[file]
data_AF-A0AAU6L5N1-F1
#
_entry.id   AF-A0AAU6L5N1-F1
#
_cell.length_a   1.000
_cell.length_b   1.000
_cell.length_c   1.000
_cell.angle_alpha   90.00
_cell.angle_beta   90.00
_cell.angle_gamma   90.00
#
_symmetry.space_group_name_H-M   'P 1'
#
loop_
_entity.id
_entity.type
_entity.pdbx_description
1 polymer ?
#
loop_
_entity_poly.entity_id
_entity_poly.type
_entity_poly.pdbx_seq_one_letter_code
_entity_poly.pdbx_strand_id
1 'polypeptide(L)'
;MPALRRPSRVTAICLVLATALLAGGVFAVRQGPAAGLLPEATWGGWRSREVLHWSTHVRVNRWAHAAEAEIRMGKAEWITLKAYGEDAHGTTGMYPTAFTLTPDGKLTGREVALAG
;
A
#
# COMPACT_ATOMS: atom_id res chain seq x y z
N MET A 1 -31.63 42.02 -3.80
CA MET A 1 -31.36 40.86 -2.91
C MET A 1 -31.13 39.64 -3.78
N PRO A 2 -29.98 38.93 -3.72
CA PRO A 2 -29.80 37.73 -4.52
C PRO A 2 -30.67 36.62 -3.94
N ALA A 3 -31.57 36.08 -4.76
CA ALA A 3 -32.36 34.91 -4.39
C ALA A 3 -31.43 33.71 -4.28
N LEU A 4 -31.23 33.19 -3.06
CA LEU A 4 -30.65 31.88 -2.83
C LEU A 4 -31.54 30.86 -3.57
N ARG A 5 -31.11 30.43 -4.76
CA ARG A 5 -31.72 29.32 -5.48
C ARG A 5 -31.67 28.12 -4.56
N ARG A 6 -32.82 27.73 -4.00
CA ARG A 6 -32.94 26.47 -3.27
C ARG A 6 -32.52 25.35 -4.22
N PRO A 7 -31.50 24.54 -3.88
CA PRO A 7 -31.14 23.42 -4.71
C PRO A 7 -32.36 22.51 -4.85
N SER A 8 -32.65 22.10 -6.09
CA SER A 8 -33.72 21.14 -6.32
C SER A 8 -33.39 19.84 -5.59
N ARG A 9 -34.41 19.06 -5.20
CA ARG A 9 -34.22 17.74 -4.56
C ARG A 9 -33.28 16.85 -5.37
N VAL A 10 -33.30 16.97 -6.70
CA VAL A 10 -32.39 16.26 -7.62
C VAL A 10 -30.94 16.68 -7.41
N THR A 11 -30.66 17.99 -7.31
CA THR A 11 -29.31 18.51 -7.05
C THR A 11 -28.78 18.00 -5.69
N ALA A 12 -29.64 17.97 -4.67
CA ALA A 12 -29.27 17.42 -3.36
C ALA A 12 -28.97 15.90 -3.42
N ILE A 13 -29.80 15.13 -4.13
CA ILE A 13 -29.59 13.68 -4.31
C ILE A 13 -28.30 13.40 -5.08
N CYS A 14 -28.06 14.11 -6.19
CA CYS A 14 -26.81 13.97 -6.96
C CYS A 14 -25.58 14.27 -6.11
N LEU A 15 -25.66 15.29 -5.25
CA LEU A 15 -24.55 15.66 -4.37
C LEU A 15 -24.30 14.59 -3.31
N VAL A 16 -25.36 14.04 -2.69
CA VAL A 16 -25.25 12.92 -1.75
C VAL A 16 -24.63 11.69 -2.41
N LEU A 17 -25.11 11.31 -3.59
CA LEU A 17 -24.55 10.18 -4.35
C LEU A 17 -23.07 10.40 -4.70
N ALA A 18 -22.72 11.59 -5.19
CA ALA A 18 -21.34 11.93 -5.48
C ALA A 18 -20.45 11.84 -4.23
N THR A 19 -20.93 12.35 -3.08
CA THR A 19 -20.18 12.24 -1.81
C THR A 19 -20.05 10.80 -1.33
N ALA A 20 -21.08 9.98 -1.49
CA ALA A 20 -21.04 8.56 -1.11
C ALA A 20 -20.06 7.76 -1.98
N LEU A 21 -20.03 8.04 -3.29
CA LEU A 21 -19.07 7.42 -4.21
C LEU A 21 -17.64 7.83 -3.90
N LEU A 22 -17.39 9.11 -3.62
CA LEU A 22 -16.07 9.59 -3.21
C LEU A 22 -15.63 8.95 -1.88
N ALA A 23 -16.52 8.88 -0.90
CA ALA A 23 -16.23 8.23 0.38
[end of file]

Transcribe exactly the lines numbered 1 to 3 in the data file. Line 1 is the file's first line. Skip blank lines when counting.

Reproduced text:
data_AF-A0AAU6L5N1-F1
#
_entry.id   AF-A0AAU6L5N1-F1